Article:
Monday, March 30, 2009


I don't think I saw a speck of snow until I drove up our driveway.  We have several piles, remnants of our plower's work.   One of them is quite enormous, but as I recall, there was still a fairly good supply of compost under there.  I shall be optimistic and believe that it's mostly soil.
Meanwhile, there is the usual mess:                         
I will tend to this soon.  When it's not so damn cold.  And wet.  In oh, about a month.

A few notes to brighten an otherwise very grey and damp homecoming:

Various heaths, the white one in brave full bloom, and the red one...just plain joyfully outrageous, surrounded as it is by bleakness and woe.  Sorry the picture of the red one (Winter Chocolate?) is so poor, I'll try to do better.

I grow them here, where it goes below -10 from time to time, without reliable snow cover and in a very exposed southwestern exposure.  They survived the worst winter ever, a few years ago ('06? I am not a journal keeper.  No, this blog does not qualify).   What is the secret?  I have no idea.  Heath-loving gremlins.  I have also lost some.

Customers will ask why one of a particular plant has died, when the other(s) has not.  They seem to imagine that gardening is a precise science.    

Another plant that I find gratifying at this time of year is the Sedum Angelique: 
                            This photograph doesn't come close to doing it justice.  In the cold days ahead it will become a brilliant rosey red, and as the weather warms, the succulent foliage becomes a brilliant chartreuse.   And it's a groundcover, growing contentedly and rapidly in any soil that isn't overly wet.  If it spreads to much, it's very easy to pull up.  Definitely one of my favorites.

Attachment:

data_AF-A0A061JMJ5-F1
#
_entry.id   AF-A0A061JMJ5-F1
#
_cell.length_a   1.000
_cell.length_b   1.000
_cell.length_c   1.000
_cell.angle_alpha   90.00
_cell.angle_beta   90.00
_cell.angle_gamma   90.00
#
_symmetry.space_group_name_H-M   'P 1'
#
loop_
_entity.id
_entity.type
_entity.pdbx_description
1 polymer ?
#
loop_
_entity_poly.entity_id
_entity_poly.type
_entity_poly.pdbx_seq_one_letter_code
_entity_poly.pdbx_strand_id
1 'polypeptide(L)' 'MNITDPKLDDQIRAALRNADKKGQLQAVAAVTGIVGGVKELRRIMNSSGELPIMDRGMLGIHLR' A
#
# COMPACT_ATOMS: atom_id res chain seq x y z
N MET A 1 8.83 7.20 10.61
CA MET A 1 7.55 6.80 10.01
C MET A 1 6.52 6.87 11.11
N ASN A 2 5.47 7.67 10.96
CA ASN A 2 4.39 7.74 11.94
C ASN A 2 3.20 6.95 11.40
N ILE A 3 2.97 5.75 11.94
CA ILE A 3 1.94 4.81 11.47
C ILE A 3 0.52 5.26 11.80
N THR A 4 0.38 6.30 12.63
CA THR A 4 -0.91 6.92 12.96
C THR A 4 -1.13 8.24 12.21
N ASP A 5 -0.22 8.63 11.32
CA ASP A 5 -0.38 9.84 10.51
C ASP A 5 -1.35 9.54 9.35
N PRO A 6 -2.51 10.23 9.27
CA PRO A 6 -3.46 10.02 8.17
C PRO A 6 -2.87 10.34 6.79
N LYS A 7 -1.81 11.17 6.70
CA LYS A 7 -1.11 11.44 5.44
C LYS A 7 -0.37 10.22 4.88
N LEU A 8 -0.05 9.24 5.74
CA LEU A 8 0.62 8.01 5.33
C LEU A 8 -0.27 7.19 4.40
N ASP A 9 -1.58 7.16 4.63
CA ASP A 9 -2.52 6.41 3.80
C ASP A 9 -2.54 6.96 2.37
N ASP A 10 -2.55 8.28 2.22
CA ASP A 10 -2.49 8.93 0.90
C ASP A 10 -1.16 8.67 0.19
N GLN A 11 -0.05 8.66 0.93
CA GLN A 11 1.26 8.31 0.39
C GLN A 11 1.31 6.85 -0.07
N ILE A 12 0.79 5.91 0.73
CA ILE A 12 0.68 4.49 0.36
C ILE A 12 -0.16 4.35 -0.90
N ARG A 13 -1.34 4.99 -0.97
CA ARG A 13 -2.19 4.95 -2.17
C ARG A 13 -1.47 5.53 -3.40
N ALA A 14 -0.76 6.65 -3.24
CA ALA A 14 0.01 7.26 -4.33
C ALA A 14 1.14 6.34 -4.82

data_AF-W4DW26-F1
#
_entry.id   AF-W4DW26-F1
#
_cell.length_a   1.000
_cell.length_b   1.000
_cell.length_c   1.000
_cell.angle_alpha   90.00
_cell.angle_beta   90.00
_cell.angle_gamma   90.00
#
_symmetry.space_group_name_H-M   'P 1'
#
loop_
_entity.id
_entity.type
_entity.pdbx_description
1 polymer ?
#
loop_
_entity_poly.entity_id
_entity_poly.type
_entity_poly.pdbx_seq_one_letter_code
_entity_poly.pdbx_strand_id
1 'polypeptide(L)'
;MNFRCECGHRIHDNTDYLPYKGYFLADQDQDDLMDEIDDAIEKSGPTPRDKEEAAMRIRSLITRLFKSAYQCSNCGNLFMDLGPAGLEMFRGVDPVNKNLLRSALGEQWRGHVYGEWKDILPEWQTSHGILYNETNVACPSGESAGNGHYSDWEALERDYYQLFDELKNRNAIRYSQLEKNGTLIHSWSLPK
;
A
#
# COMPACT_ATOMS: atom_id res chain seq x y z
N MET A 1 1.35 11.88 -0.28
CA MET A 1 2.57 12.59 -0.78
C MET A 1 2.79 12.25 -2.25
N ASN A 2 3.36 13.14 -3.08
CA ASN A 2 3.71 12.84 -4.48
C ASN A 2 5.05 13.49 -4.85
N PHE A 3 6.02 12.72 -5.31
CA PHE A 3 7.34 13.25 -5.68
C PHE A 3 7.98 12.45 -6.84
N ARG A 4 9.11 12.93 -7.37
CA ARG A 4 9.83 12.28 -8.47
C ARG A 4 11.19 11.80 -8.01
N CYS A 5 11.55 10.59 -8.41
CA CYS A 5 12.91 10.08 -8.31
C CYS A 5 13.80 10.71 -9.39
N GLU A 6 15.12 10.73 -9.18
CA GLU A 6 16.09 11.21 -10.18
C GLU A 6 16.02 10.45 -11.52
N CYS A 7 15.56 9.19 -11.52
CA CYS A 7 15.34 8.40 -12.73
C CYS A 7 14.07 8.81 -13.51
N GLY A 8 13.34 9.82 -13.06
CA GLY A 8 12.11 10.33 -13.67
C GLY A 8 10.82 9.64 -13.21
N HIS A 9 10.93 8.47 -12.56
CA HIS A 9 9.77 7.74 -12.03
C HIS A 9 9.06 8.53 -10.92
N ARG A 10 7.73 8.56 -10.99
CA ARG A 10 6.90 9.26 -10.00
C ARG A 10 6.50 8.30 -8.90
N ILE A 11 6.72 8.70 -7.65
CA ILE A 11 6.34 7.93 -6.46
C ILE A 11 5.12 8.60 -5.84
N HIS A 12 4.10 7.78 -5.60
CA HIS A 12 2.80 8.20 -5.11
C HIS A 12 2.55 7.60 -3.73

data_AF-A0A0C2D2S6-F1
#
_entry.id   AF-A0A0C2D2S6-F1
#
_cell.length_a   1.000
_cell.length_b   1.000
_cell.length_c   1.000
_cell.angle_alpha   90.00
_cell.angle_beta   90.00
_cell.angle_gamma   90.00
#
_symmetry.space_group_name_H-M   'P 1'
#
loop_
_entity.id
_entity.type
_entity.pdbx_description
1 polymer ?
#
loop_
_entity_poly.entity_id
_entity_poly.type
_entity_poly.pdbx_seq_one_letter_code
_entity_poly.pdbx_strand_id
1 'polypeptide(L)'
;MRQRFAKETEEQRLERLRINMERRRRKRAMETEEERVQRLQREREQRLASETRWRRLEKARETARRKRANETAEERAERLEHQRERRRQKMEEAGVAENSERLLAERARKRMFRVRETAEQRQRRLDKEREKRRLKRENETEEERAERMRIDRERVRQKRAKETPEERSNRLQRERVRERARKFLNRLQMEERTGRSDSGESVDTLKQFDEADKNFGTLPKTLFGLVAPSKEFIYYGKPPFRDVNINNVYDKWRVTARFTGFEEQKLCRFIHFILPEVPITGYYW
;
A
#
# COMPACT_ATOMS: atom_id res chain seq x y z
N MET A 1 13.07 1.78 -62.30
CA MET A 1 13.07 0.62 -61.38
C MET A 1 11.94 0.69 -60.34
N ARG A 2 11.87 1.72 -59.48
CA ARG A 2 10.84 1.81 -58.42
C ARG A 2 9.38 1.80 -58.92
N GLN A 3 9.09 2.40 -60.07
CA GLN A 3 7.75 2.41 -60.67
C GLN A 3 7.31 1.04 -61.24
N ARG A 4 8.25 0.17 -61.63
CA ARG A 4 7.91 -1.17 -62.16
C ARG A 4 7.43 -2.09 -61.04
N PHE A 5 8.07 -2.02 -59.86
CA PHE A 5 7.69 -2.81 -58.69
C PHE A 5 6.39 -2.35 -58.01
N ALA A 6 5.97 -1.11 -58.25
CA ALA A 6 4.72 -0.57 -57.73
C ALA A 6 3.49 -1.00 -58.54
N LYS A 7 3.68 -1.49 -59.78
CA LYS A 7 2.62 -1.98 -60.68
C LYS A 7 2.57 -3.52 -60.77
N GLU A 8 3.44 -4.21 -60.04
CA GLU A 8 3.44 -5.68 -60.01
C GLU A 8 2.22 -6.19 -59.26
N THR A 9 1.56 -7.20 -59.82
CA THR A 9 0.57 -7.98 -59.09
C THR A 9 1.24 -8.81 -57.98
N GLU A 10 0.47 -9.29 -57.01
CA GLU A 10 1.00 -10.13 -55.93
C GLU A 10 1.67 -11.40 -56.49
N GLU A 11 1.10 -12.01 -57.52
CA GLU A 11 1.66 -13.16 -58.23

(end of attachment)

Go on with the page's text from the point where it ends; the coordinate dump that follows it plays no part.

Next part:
As is this fine specimen:                         Ajuga 'Chocolate Chip'.  Looks like total yuck at the moment, but soon it will regain its bronzy tones and burst forth with cobalt blue blooms.  I'd grow it even if it didn't flower; in fact, I'd probably prefer it that way.  I use it between stepping stones and it takes plenty of abuse - foot traffic (human and large bouncy dogs) and occasional dog pee (our dogs are generally very well behaved but they have their moments).  Another groundcover - I find groundcovering plants more and more useful (not to mention cost-effective).  My favorite favorite book on groundcover plants is Perennial Groundcovers by David MacKenzie.  This book will help move you beyond your vinca/pachysandra phase, if you're still stuck back there.

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